During the past few years, the arbitral institutions have introduced a number of innovative procedures tailored for facilitating a time and cost efficient outcome of disputes. Whether or these provides are available under the rules of an arbitral institution may have a significant impact on not only the time and cost of arbitration but also on available remedies. A few of the significant procedural innovations are:

  • Emergency arbitration: Most of the arbitral institutions now provide the mechanism for emergency arbitration for urgent interim measures that cannot wait for the constitution of the arbitral tribunal. The emergency arbitration provisions are a common feature in the rules of arbitral institutions.
  • Fast-track procedure: Certain institutions, such as the SIAC, offer expedited or fast track procedures for resolution of a certain category of disputes within a specified timeframe. Following fast-track procedures, the arbitration may be conducted on the basis of documents only and the hearing may be dispensed with.
  • Consolidation of arbitration: As a majority of transactions and legal relationships involve not one but a series of interrelated contracts, a few arbitral institutions retain the authority to consolidate arbitrations arising out of different arbitration agreements in one single arbitration. This may allow for saving substantial time and cost.
  • Scrutiny of arbitral awards: Some institutions, such as ICC and SIAC, provide for scrutiny of the arbitral award after it is finalised by arbitrators and before it is issued to the parties. This scrutiny usually affords, without affecting the liberty of decision-making of the arbitral tribunal, greater certainty to the arbitral awards to assist its recognition and enforcement under, if applicable, the New York Convention on the Recognition and Enforcement of Foreign Arbitral Awards, 1958.

Costs of Arbitration

Parties can incur material costs in pursuing arbitrations in foreign jurisdiction. The arbitral institutions usually provide for the administrative costs to be charged by the arbitral institution and regulate the professional fee of the arbitrator. The costs are usually charged on ad volerm basis, i.e., proportional to the amount in dispute; hourly basis, i.e., with reference to the work done by the arbitrators, with a cap on hourly rates; or by either ad volerem or hourly basis, at the discretion of the parties. Parties concerned about the costs of dispute resolution would benefit from reviewing the relevant rules in relation to costs before adopting the rules of an arbitral institution in the arbitration agreement.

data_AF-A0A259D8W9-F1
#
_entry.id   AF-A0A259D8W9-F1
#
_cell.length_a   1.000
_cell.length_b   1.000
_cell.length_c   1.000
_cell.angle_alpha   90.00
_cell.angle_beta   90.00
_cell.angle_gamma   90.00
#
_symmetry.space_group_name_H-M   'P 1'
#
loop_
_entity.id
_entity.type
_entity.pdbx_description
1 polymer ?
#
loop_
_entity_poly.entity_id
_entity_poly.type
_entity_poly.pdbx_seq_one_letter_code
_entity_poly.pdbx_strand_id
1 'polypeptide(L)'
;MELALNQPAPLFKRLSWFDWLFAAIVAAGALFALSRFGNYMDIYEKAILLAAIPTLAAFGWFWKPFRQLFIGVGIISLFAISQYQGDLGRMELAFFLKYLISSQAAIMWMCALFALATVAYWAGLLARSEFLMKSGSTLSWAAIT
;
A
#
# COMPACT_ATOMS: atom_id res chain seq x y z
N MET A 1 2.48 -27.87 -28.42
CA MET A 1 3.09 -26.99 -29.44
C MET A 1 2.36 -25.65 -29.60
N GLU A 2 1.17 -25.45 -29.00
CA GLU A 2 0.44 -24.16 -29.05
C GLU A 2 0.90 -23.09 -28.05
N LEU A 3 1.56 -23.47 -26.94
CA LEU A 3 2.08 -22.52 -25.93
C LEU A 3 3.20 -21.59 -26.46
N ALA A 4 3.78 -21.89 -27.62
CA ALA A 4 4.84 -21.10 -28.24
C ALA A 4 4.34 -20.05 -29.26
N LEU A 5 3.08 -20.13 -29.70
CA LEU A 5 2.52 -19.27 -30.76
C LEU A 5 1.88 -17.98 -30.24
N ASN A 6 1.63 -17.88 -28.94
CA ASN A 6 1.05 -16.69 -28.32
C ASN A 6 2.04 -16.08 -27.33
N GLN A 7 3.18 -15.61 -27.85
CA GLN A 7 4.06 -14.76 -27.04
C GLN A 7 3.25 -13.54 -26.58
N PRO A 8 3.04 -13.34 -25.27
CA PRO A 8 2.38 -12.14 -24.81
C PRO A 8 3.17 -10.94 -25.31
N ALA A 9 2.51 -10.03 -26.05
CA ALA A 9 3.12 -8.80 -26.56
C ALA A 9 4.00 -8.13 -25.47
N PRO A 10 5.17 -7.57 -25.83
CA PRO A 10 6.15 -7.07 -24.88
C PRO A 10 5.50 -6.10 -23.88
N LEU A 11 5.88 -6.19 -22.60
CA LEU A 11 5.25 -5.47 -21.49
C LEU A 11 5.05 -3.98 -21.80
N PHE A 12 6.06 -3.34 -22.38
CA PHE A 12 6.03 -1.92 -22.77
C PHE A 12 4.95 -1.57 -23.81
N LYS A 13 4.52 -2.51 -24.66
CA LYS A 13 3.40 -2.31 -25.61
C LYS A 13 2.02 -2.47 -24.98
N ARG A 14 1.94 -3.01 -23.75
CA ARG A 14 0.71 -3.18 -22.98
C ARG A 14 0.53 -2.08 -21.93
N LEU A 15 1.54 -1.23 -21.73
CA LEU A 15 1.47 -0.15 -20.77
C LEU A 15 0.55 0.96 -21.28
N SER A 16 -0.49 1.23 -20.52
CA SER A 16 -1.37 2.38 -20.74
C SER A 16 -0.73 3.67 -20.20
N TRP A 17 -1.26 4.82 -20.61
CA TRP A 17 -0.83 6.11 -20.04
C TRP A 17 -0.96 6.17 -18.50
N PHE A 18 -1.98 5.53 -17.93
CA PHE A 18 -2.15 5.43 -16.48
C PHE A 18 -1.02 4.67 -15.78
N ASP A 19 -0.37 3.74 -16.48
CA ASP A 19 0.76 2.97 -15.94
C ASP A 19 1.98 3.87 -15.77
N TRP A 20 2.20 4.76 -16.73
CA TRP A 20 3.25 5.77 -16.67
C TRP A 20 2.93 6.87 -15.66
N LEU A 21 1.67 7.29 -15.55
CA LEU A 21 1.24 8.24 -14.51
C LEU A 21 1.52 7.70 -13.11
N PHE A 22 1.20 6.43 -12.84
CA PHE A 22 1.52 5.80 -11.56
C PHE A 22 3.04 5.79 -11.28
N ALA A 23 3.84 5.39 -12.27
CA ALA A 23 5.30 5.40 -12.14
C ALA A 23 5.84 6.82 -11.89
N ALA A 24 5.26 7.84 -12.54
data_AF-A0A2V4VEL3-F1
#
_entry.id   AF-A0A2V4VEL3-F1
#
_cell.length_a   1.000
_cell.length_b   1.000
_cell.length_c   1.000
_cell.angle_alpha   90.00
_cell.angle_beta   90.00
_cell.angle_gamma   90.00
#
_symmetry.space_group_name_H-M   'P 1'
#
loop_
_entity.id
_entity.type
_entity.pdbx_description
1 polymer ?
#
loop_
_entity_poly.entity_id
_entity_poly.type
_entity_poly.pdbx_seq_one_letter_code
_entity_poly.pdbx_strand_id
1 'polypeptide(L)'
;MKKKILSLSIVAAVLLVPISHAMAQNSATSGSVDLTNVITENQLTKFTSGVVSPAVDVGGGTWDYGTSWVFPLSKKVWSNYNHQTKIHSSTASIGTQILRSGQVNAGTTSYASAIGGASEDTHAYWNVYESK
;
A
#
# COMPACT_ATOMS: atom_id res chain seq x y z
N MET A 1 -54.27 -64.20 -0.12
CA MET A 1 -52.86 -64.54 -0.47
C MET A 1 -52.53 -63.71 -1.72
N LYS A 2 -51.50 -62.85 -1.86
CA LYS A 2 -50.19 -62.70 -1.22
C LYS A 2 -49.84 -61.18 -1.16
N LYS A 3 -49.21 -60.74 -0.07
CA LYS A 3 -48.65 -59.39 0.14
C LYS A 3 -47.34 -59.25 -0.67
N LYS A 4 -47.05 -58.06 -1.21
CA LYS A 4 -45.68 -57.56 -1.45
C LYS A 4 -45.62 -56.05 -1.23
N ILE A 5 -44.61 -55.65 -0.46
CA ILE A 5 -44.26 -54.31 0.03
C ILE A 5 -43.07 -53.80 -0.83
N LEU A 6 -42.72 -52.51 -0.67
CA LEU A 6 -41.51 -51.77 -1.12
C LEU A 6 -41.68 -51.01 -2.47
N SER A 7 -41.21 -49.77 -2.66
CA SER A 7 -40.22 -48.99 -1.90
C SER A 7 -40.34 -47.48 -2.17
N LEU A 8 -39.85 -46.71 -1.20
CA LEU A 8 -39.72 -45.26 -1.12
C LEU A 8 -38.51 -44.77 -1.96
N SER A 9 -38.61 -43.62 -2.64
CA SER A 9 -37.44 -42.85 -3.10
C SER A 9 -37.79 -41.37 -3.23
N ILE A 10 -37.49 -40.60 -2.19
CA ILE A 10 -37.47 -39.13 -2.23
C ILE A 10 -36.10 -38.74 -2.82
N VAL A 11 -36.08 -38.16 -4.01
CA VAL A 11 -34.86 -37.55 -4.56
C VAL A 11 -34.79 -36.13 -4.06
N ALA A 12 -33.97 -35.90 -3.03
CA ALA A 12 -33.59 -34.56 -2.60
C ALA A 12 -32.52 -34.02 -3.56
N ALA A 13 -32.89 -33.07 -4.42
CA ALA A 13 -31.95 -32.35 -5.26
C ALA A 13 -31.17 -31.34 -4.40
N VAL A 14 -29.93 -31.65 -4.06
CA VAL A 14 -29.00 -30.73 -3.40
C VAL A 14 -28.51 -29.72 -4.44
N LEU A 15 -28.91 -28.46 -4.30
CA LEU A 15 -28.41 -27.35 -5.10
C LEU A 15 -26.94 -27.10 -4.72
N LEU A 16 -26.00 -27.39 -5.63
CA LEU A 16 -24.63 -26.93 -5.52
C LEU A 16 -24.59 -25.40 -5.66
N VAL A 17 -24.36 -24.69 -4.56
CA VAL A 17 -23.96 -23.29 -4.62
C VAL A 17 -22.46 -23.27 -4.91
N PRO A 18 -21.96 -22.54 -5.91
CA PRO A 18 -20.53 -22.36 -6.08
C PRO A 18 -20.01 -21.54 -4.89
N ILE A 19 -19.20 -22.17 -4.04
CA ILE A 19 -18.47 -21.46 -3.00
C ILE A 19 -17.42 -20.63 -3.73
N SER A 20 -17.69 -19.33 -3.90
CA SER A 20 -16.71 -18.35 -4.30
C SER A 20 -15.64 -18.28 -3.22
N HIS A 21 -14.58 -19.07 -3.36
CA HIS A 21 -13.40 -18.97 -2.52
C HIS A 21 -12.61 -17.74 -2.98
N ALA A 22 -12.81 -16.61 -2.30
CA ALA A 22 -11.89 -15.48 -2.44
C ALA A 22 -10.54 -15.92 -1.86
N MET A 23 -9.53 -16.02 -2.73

Ethical Regulation of Legal Representatives

Regulation of party’s legal representatives is also an important consideration. So far, only LCIA Rules provides detailed guidelines on the conduct of party’s legal representatives. Pursuant to the LCIA Rules, the parties are required to ensure that their legal representatives appearing in LCIA arbitration agree to comply with the guidelines. Further, the arbitral tribunal has the power to enforce ethical rules and power to pronounce sanctions against offending counsel. In 2013, the International Bar Association (IBA) also released its Guidelines on Party Representation to give parties the option to adopt a uniform standard code of conduct to govern legal representatives in international arbitration. The LCIA and IBA guidelines provide the parties to seek a more ethical conduct of arbitral proceedings.


The parties in international arbitration have an advantage of utilizing different procedural options during the course of arbitration. These options may have an impact on the conduct and outcome of arbitration. But whether a party can actually benefit from the different options depends on their awareness and understanding of the slight – yet crucial – distinctions between the rules of different arbitral institutions.


Raja Mohammad Akram & Co has a strong expertise in international arbitration and litigation. We provide regular updates on the legal developments in relation to international arbitration and litigation.